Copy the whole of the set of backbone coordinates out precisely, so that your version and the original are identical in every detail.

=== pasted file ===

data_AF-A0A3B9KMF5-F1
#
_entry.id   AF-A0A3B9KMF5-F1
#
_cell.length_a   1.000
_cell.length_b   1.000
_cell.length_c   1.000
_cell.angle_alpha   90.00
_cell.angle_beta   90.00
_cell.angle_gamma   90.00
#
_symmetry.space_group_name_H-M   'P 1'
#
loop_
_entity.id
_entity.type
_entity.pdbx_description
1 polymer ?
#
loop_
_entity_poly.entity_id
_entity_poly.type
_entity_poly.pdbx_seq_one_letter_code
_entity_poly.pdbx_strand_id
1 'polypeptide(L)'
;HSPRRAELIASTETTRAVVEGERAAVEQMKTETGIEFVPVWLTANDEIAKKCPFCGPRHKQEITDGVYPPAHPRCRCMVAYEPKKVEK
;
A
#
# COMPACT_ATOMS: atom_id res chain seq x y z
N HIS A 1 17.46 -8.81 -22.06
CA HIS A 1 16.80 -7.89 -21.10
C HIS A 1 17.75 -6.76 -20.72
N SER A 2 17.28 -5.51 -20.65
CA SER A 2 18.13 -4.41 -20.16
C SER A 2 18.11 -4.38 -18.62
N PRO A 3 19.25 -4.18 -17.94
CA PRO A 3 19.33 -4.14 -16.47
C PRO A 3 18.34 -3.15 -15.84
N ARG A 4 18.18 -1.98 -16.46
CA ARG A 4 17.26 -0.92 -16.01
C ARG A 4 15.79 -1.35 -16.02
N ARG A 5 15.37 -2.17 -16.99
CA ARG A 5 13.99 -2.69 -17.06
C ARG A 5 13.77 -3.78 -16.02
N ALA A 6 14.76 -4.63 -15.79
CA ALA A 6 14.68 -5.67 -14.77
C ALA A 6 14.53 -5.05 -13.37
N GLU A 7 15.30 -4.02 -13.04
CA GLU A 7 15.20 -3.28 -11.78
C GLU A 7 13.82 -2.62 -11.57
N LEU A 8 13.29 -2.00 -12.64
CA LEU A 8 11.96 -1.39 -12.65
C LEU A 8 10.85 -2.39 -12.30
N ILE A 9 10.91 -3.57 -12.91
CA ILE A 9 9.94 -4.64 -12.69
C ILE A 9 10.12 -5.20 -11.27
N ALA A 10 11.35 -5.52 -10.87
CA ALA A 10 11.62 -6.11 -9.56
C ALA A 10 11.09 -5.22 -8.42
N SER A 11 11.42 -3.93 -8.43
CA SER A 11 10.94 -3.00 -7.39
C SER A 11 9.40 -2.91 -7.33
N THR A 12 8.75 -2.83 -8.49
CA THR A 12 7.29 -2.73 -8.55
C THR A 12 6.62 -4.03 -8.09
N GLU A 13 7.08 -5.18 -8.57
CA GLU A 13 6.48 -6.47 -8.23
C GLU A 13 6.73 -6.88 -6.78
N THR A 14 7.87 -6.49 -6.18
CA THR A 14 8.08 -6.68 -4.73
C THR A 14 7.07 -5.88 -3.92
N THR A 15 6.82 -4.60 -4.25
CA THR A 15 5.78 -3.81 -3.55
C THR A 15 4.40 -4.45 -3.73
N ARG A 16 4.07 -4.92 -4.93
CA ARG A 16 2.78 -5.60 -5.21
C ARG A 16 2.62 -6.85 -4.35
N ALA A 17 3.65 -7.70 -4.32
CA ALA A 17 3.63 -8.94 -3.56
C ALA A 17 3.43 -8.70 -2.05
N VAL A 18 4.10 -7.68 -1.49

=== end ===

data_AF-A0A3B9KMF5-F1
#
_entry.id   AF-A0A3B9KMF5-F1
#
_cell.length_a   1.000
_cell.length_b   1.000
_cell.length_c   1.000
_cell.angle_alpha   90.00
_cell.angle_beta   90.00
_cell.angle_gamma   90.00
#
_symmetry.space_group_name_H-M   'P 1'
#
loop_
_entity.id
_entity.type
_entity.pdbx_description
1 polymer ?
#
loop_
_entity_poly.entity_id
_entity_poly.type
_entity_poly.pdbx_seq_one_letter_code
_entity_poly.pdbx_strand_id
1 'polypeptide(L)'
;HSPRRAELIASTETTRAVVEGERAAVEQMKTETGIEFVPVWLTANDEIAKKCPFCGPRHKQEITDGVYPPAHPRCRCMVAYEPKKVEK
;
A
#
# COMPACT_ATOMS: atom_id res chain seq x y z
N HIS A 1 17.46 -8.81 -22.06
CA HIS A 1 16.80 -7.89 -21.10
C HIS A 1 17.75 -6.76 -20.72
N SER A 2 17.28 -5.51 -20.65
CA SER A 2 18.13 -4.41 -20.16
C SER A 2 18.11 -4.38 -18.62
N PRO A 3 19.25 -4.18 -17.94
CA PRO A 3 19.33 -4.14 -16.47
C PRO A 3 18.34 -3.15 -15.84
N ARG A 4 18.18 -1.98 -16.46
CA ARG A 4 17.26 -0.92 -16.01
C ARG A 4 15.79 -1.35 -16.02
N ARG A 5 15.37 -2.17 -16.99
CA ARG A 5 13.99 -2.69 -17.06
C ARG A 5 13.77 -3.78 -16.02
N ALA A 6 14.76 -4.63 -15.79
CA ALA A 6 14.68 -5.67 -14.77
C ALA A 6 14.53 -5.05 -13.37
N GLU A 7 15.30 -4.02 -13.04
CA GLU A 7 15.20 -3.28 -11.78
C GLU A 7 13.82 -2.62 -11.57
N LEU A 8 13.29 -2.00 -12.64
CA LEU A 8 11.96 -1.39 -12.65
C LEU A 8 10.85 -2.39 -12.30
N ILE A 9 10.91 -3.57 -12.91
CA ILE A 9 9.94 -4.64 -12.69
C ILE A 9 10.12 -5.20 -11.27
N ALA A 10 11.35 -5.52 -10.87
CA ALA A 10 11.62 -6.11 -9.56
C ALA A 10 11.09 -5.22 -8.42
N SER A 11 11.42 -3.93 -8.43
CA SER A 11 10.94 -3.00 -7.39
C SER A 11 9.40 -2.91 -7.33
N THR A 12 8.75 -2.83 -8.49
CA THR A 12 7.29 -2.73 -8.55
C THR A 12 6.62 -4.03 -8.09
N GLU A 13 7.08 -5.18 -8.57
CA GLU A 13 6.48 -6.47 -8.23
C GLU A 13 6.73 -6.88 -6.78
N THR A 14 7.87 -6.49 -6.18
CA THR A 14 8.08 -6.68 -4.73
C THR A 14 7.07 -5.88 -3.92
N THR A 15 6.82 -4.60 -4.25
CA THR A 15 5.78 -3.81 -3.55
C THR A 15 4.40 -4.45 -3.73
N ARG A 16 4.07 -4.92 -4.93
CA ARG A 16 2.78 -5.60 -5.21
C ARG A 16 2.62 -6.85 -4.35
N ALA A 17 3.65 -7.70 -4.32
CA ALA A 17 3.63 -8.94 -3.56
C ALA A 17 3.43 -8.70 -2.05
N VAL A 18 4.10 -7.68 -1.49